Shawn Minchin’s squirrel control efforts get off to a slow start until he adopts some different tactics and decides to bring in some helpful items of kit
It’s funny how your mind can play tricks on you when you’re waiting in a hide. There you are, straining your hearing and testing your eyesight to the maximum for any sign of a squirrel. Sometimes hours can pass with not even the faintest hint of any quarry. Other times they pile in like buses, oblivious to the fate that awaits them.
On this occasion, I had only been in the hide for 20 minutes when one turned up. I had convinced myself that a grey conifer branch drooping down was in fact a squidger making his way down the trunk of a beautiful tree which is supporting my feeder.
You may recall from my last piece that a fair amount of work had taken place to find the right spot and set up a good position. Now that hard work was bearing fruit.
I quickly realised the branch was nothing more than that, so settled back into position with my HW97 KT, which has been tuned by Paul Short, resting on my legs. The cocking lever was in the unlocked position, with a .22 Air Arms Field already chambered before the rifle would be cocked.
That would happen once a squirrel had been sighted. Cocking the springer in a hide is a tricky process, requiring manoeuvring to pull the lever back without hitting the sides of the hide, this unnatural movement being a dead giveaway to any suspicious rodent.
Then out of nowhere one appeared, the unmistakable grey fur creeping its way down to reach the feeder just a foot or two off the ground. I cocked the 97 as quietly as I could, gently pressing the lever back into position.
With the safety catch on, I raised the rifle and settled it onto my Primos sticks. As Mat Manning always makes clear, patience is the key. Allow the squirrel to relax, take a nut, and rest on the feeder. It wasn’t long before the Hawke was sighted bang on the side of its head. I gently squeezed the trigger and a jolt from the rifle signalled the diabolo was heading to its target some 18 yards away.
The animal dropped straight to the floor. One down. Two more followed in the next hour, each slightly more nervous and hesitant than the last. Then three more. I cannot express how relieved I was at this tally. That’s because several weeks had gone by without even a sausage falling prey to the rifle.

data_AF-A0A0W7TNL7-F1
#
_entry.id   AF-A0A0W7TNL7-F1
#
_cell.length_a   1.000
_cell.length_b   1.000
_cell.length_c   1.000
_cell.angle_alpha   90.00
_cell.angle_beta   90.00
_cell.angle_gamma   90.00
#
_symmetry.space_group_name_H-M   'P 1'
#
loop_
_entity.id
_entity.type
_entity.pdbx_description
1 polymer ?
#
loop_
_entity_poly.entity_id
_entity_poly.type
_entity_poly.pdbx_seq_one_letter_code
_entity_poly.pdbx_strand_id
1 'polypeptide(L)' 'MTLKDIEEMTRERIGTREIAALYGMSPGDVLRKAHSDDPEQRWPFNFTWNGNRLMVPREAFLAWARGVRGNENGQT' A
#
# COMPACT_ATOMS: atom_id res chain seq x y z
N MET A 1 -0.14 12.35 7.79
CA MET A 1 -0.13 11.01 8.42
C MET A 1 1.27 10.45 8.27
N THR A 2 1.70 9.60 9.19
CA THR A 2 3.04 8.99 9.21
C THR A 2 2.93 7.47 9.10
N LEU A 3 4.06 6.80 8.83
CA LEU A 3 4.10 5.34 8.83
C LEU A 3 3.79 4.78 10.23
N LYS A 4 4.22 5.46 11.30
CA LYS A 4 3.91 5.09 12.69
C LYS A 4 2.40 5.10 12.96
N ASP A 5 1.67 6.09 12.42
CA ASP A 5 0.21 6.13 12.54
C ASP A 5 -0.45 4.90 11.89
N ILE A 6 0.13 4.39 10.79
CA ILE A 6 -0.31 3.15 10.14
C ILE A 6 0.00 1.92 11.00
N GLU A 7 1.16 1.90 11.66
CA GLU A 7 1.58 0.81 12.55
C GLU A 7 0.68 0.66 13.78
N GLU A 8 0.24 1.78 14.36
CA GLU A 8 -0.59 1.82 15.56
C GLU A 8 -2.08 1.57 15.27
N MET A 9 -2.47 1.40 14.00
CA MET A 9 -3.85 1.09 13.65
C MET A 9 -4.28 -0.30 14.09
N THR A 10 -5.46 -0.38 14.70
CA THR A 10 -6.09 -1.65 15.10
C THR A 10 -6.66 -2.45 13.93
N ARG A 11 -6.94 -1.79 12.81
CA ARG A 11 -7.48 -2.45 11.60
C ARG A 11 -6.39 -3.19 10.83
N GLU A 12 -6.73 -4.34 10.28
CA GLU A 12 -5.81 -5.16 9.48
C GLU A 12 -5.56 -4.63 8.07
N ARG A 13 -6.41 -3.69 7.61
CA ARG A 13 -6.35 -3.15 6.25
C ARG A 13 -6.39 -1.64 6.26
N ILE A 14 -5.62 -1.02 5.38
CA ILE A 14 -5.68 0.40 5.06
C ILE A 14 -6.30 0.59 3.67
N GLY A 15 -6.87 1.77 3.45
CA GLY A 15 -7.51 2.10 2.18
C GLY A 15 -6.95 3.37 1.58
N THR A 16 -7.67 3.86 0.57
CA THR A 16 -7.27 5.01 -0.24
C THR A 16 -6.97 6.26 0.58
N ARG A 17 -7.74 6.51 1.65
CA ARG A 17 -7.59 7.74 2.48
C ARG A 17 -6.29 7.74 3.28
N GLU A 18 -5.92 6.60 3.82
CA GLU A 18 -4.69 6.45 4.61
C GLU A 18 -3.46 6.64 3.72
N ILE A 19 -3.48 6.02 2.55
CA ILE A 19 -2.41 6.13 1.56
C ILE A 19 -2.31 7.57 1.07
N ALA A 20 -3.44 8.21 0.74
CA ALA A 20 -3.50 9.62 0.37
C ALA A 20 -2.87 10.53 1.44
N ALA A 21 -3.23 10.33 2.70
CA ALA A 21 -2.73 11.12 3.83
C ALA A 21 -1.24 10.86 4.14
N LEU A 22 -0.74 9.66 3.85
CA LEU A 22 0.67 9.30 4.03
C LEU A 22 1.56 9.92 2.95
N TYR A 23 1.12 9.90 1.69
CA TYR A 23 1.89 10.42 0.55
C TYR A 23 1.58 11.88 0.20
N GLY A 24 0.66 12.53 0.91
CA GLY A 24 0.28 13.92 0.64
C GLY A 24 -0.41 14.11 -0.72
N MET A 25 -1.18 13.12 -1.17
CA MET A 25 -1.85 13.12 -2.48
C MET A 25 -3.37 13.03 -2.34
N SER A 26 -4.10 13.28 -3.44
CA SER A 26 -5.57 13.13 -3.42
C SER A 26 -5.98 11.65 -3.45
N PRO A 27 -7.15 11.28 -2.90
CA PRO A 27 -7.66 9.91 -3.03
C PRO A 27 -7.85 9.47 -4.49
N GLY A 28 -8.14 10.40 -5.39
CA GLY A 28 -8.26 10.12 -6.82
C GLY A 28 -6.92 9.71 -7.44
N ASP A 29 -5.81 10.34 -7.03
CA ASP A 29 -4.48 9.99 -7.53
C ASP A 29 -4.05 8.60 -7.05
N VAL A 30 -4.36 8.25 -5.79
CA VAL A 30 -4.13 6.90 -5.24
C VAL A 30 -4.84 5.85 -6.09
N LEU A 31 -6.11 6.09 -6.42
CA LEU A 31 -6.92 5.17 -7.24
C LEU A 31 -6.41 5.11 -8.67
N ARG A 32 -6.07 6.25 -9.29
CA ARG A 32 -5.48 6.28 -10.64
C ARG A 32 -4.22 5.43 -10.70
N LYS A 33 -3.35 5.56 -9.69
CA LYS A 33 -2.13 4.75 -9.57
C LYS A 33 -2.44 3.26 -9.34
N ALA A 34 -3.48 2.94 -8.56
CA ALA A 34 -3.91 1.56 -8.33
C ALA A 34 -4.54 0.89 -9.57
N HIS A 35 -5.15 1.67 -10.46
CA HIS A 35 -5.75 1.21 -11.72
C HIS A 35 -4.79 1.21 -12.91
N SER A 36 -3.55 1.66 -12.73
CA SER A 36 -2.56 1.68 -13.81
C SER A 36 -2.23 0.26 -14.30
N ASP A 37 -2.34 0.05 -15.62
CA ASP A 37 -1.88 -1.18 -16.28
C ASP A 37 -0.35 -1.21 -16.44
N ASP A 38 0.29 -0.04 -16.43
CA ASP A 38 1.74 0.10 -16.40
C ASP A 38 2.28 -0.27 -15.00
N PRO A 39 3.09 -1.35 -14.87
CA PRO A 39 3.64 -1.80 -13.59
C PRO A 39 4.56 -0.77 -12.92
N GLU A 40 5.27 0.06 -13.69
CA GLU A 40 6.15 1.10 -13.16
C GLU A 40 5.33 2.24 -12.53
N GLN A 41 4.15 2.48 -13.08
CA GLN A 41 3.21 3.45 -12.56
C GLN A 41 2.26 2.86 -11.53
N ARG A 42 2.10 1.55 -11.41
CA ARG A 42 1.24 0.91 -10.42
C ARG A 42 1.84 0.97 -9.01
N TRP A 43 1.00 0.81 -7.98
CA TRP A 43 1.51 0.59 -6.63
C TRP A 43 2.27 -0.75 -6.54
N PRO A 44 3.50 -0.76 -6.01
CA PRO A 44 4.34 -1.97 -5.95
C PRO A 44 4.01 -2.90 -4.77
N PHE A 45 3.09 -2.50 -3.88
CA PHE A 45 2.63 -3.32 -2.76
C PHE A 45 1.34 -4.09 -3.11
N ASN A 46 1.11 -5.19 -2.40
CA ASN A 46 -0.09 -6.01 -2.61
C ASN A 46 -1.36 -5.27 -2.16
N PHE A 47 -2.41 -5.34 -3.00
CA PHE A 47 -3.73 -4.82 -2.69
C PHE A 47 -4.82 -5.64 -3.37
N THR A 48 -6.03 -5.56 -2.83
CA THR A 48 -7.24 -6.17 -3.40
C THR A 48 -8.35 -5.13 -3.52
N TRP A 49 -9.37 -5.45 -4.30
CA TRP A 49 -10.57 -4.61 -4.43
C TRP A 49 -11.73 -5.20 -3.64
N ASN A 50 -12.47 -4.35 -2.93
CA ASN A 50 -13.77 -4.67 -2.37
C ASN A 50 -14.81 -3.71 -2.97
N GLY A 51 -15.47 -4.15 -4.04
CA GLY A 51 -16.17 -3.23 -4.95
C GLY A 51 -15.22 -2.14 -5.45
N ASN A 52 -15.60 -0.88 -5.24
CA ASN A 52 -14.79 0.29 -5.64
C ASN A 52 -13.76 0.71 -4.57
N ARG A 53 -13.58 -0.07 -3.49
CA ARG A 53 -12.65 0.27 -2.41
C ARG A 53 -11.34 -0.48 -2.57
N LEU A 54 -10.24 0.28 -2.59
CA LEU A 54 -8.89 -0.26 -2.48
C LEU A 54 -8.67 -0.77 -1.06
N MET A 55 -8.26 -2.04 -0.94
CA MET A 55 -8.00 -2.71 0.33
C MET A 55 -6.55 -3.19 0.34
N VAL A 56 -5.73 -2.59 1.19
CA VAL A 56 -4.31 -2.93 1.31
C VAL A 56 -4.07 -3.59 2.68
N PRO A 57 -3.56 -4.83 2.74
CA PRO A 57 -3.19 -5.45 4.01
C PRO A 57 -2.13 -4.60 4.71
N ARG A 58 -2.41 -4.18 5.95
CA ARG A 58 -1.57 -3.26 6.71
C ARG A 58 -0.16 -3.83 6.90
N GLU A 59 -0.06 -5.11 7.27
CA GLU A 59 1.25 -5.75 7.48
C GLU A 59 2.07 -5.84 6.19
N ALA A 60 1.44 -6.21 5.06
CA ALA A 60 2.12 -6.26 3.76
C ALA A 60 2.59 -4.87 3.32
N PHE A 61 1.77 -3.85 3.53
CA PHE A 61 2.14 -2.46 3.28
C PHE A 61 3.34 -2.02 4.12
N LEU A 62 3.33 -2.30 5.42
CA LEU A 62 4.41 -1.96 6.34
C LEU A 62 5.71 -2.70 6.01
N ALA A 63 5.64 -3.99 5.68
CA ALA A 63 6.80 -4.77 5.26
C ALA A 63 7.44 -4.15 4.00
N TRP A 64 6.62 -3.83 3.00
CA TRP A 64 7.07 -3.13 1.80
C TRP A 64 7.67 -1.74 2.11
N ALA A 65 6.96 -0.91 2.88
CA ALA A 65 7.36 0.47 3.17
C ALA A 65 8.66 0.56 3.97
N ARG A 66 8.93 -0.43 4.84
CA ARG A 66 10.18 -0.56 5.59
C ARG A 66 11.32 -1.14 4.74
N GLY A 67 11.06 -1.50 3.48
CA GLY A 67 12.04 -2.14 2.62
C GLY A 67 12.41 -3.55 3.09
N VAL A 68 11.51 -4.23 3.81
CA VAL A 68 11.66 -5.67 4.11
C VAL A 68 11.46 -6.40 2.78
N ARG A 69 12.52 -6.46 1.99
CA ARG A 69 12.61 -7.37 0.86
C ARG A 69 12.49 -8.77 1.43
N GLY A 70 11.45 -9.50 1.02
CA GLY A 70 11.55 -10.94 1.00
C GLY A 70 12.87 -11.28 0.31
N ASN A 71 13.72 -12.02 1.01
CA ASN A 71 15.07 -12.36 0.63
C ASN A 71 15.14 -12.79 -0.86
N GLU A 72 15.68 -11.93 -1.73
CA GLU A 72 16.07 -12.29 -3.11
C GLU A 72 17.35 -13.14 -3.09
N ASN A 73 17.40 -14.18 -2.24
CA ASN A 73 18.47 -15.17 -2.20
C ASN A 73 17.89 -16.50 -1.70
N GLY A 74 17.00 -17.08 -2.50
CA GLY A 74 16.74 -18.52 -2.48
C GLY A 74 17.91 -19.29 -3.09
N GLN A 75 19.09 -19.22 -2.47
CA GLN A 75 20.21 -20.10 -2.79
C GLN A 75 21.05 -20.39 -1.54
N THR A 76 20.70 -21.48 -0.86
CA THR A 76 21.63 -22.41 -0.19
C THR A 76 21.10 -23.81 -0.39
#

Time was starting to press on and not getting off the zero mark was hardly going to impress the landowner. What had I done wrong? I had regularly topped up the feeders with peanuts – and they are not cheap! I visited at different times of the day, hoping to catch one or two unawares.
I had the netting and the poles to conceal my position. I had invested bags of time, topped off with oodles of patience, to try to secure the first kill. But nothing.
Maybe it was the rich abundance of natural food on this forest floor that ensured that the squirrels had no need to revert to an “unnatural” feeder. Maybe my netting wasn’t doing enough to conceal my presence. Admittedly the squirrels would have had no problem seeing me from a tree. Those hunting trips were proving pointless, it seemed.
But they brought unforeseen surprises. This estate is frequented by both dog walkers and sometimes people out walking on their own, such is the beauty of these thousands of acres.
I have to admit some trepidation about encountering people on the way while carrying out important conservation duties.
How would they feel about my presence? I would hardly want them to be put off visiting because of someone with a rifle carrying out legitimate and necessary work.
In part, my preparations beforehand with the forester meant signs were erected making clear to avoid certain areas of the estate. And I always make sure I tell the local police force of my presence just in case any anxious walkers become fearful and spark a call to Force Control.
I needn’t have worried. The first family – mum, dad, dog and young son – walked within 60 yards and in my direction.
I emerged from the netting and said “hello” with my rifle under my arm. They smiled and we had a conversation about the need to control squirrels and what I did, what the rifle was and how I got into doing it.